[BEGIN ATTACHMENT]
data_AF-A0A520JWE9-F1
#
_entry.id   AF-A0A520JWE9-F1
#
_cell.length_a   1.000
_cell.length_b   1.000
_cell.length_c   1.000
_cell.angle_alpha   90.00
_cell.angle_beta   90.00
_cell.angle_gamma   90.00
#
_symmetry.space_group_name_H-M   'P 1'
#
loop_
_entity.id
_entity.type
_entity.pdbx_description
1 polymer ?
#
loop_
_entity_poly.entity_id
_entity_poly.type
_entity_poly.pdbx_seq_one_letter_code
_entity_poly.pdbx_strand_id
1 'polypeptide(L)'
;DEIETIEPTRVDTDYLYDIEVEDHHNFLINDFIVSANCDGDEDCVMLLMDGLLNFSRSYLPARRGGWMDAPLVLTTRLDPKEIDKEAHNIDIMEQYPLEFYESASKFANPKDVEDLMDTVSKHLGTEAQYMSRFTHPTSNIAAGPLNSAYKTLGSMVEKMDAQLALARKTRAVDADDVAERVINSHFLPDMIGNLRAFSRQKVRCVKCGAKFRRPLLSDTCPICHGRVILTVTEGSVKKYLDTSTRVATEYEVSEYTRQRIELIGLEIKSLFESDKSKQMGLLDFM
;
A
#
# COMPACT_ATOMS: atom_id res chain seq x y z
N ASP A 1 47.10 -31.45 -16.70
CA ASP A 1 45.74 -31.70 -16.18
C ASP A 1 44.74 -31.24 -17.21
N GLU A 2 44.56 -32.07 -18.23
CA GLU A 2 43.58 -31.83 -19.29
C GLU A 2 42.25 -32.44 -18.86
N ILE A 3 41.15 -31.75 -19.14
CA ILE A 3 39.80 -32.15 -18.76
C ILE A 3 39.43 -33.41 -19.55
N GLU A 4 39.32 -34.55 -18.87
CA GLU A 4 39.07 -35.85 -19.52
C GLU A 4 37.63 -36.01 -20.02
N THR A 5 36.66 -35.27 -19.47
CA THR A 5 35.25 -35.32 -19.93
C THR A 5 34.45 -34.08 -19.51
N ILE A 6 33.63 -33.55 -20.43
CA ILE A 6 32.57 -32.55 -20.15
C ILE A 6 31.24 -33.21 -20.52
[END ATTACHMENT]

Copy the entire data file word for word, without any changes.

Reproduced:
data_AF-A0A520JWE9-F1
#
_entry.id   AF-A0A520JWE9-F1
#
_cell.length_a   1.000
_cell.length_b   1.000
_cell.length_c   1.000
_cell.angle_alpha   90.00
_cell.angle_beta   90.00
_cell.angle_gamma   90.00
#
_symmetry.space_group_name_H-M   'P 1'
#
loop_
_entity.id
_entity.type
_entity.pdbx_description
1 polymer ?
#
loop_
_entity_poly.entity_id
_entity_poly.type
_entity_poly.pdbx_seq_one_letter_code
_entity_poly.pdbx_strand_id
1 'polypeptide(L)'
;DEIETIEPTRVDTDYLYDIEVEDHHNFLINDFIVSANCDGDEDCVMLLMDGLLNFSRSYLPARRGGWMDAPLVLTTRLDPKEIDKEAHNIDIMEQYPLEFYESASKFANPKDVEDLMDTVSKHLGTEAQYMSRFTHPTSNIAAGPLNSAYKTLGSMVEKMDAQLALARKTRAVDADDVAERVINSHFLPDMIGNLRAFSRQKVRCVKCGAKFRRPLLSDTCPICHGRVILTVTEGSVKKYLDTSTRVATEYEVSEYTRQRIELIGLEIKSLFESDKSKQMGLLDFM
;
A
#
# COMPACT_ATOMS: atom_id res chain seq x y z
N ASP A 1 47.10 -31.45 -16.70
CA ASP A 1 45.74 -31.70 -16.18
C ASP A 1 44.74 -31.24 -17.21
N GLU A 2 44.56 -32.07 -18.23
CA GLU A 2 43.58 -31.83 -19.29
C GLU A 2 42.25 -32.44 -18.86
N ILE A 3 41.15 -31.75 -19.14
CA ILE A 3 39.80 -32.15 -18.76
C ILE A 3 39.43 -33.41 -19.55
N GLU A 4 39.32 -34.55 -18.87
CA GLU A 4 39.07 -35.85 -19.52
C GLU A 4 37.63 -36.01 -20.02
N THR A 5 36.66 -35.27 -19.47
CA THR A 5 35.25 -35.32 -19.93
C THR A 5 34.45 -34.08 -19.51
N ILE A 6 33.63 -33.55 -20.43
CA ILE A 6 32.57 -32.55 -20.15
C ILE A 6 31.24 -33.21 -20.52